Thursday, October 7, 2010

The Criminal Face of Facebook, Twitter: Stock Fraud and Spam Tools - - 06 Oct 2010

"Crime expands to fill the space available" should be a well-known epithet: Evidence it's true is revealed in news that social networking phenomena Facebook and Twitter were used in a classic stock fraud trick.

The two-year investigation of a cocaine-trafficking crime involving $34 million worth of the drug being smuggled through the Port of New York also uncovered something unexpected--a $7 million pump-and-dump stock fraud.

The trick this time, according to the Manhattan U.S. Attorney's office, is that instead of word-of-mouth "pumping" statements, cold calls or subtle manipulation of traditional media, the Web--and social media sites in particular--were used to spread misleading statements and "defraud the investing public." The 11 fraudsters used more than 15 different websites and managed to accrue over $3 million in profit while fleecing the public for $7 million. Facebook pages and misleading Twitter statuses played a key role.

This new type of "wire fraud" is inevitable, and Facebook and Twitter (along with blogs and other social media services) are absolutely perfect vehicles for criminals to use to disseminate misleading stock information. This is because they're communications systems that rapidly spread messages from one to many (Twitter almost exclusively so, and Facebook increasingly so as it pushes toward public-accessible statuses), and their design means they don't necessarily have to give away personal information about the sources of stock rumors. Expect cybercrimes like this one to only get more common.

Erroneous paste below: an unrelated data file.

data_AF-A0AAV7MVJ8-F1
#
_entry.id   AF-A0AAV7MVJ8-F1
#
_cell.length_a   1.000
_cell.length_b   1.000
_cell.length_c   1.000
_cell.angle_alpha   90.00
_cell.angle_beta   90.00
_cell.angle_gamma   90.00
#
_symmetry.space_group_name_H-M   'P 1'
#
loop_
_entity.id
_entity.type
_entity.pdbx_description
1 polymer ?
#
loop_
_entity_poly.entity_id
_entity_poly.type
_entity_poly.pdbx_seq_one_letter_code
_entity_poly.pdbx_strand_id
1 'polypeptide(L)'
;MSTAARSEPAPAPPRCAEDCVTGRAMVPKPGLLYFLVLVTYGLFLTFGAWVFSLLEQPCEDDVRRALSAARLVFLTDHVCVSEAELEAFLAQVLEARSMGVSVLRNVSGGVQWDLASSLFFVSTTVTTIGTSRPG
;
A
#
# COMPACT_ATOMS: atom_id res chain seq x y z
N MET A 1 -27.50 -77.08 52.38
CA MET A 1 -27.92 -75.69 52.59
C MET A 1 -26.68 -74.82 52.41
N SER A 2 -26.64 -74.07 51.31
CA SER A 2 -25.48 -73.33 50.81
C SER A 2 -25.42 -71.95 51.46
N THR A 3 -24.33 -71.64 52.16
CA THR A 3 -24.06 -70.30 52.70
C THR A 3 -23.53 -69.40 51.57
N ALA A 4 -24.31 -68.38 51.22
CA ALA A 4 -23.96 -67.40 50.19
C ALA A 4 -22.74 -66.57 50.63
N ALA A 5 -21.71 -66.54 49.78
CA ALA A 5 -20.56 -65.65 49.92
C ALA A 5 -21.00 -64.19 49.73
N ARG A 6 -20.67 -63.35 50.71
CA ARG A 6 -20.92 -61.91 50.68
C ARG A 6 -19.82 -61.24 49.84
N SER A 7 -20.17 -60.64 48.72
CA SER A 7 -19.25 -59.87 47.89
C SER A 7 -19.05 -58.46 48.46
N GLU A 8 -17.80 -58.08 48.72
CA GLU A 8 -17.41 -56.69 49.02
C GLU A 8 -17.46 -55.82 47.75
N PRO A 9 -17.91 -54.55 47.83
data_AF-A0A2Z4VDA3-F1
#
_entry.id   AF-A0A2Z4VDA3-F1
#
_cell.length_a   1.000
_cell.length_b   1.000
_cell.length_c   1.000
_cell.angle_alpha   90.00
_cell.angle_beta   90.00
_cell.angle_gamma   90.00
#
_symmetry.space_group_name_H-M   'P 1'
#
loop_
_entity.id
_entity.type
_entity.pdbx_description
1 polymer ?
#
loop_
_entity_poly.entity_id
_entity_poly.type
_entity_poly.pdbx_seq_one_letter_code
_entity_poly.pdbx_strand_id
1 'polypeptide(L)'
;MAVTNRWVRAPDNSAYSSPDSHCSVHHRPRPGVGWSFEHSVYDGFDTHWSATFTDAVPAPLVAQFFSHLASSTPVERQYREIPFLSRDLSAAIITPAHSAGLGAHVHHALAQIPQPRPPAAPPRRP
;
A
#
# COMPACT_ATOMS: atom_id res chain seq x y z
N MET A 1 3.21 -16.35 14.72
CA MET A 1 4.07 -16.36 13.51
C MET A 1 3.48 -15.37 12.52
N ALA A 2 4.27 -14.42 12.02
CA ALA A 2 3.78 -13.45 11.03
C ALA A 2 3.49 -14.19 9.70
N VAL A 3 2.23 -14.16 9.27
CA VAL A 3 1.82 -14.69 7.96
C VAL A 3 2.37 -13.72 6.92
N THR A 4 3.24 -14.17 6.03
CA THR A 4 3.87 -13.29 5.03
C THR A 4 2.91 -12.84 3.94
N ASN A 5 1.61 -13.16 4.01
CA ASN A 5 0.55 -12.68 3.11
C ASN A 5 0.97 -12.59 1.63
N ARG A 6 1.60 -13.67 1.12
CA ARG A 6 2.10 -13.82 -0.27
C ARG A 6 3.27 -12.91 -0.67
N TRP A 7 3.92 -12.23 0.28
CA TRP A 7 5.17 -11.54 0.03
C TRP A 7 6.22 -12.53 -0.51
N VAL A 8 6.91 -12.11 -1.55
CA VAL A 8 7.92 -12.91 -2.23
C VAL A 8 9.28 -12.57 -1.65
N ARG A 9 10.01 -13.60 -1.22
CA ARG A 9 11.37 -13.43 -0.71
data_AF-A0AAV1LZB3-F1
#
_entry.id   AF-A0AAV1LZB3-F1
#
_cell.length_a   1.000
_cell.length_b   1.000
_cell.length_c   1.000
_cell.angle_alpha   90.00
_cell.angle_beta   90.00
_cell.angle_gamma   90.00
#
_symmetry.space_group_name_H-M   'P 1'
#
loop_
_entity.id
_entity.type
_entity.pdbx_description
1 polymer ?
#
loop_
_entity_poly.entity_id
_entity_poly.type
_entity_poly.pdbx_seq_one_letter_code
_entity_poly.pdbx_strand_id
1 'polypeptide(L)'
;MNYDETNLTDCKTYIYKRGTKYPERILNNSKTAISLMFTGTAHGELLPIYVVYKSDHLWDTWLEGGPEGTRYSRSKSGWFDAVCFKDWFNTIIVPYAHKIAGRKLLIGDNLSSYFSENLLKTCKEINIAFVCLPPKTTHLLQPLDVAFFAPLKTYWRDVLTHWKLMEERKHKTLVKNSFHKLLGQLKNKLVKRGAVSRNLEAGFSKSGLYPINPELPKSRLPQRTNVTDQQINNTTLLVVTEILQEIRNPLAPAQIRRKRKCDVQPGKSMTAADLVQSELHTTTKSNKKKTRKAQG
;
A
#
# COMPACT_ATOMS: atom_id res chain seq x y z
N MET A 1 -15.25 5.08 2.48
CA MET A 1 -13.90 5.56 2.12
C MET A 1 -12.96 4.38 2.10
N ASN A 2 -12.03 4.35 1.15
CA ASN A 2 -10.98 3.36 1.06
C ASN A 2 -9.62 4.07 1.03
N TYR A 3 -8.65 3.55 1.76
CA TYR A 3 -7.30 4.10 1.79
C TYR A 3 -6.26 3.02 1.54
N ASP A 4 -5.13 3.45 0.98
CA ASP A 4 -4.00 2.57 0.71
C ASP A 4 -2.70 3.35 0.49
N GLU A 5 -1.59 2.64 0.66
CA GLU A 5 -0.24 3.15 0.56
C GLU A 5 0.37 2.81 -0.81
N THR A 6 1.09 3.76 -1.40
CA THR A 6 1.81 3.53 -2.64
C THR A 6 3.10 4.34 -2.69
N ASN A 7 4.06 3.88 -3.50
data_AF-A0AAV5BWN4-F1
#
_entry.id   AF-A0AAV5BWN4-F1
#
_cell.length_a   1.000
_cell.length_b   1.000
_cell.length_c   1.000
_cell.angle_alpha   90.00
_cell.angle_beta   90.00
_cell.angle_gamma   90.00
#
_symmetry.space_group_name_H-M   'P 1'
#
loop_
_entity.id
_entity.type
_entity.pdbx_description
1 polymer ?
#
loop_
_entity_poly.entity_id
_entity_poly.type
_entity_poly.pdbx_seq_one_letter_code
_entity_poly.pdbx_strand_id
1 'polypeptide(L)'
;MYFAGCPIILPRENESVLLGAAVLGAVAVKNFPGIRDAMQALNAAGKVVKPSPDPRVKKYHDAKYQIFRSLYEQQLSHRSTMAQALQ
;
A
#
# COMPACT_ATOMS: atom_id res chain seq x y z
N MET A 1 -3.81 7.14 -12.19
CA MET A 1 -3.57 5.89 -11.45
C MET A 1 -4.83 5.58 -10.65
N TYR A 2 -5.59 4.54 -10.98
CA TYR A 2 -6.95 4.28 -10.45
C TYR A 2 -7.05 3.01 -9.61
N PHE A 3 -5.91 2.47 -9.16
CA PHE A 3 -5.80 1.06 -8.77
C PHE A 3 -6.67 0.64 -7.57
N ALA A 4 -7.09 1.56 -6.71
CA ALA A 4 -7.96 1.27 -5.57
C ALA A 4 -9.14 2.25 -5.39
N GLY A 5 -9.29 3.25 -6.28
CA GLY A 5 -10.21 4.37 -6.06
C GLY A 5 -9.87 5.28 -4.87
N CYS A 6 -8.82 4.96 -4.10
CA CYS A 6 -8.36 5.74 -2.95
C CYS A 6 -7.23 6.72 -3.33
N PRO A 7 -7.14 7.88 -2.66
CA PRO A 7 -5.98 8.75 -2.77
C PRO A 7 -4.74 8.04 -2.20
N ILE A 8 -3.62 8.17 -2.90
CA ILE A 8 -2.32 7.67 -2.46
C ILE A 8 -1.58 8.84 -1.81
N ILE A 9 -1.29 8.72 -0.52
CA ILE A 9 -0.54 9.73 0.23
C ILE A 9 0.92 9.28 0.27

And Facebook's also in the news at the moment because notorious spammer Adam Guerbuez is refusing to pay the $873 million fine that a Canadian court levied against him for sending over 4 million spam messages over Facebook (the classic type, offering penis enlargements and drugs). Guerbuez used various tricks to pull the scam off, including phishing for user's passwords, and an appeals court recently upheld the charges against him for the crime. Guerbuez doesn't see himself as a criminal though, and as well as declaring his business bankrupt so he won't have to pay the fines, he's noted he's hoping to profit on his notoriety with a book or movie deal.

BY Kit Eaton

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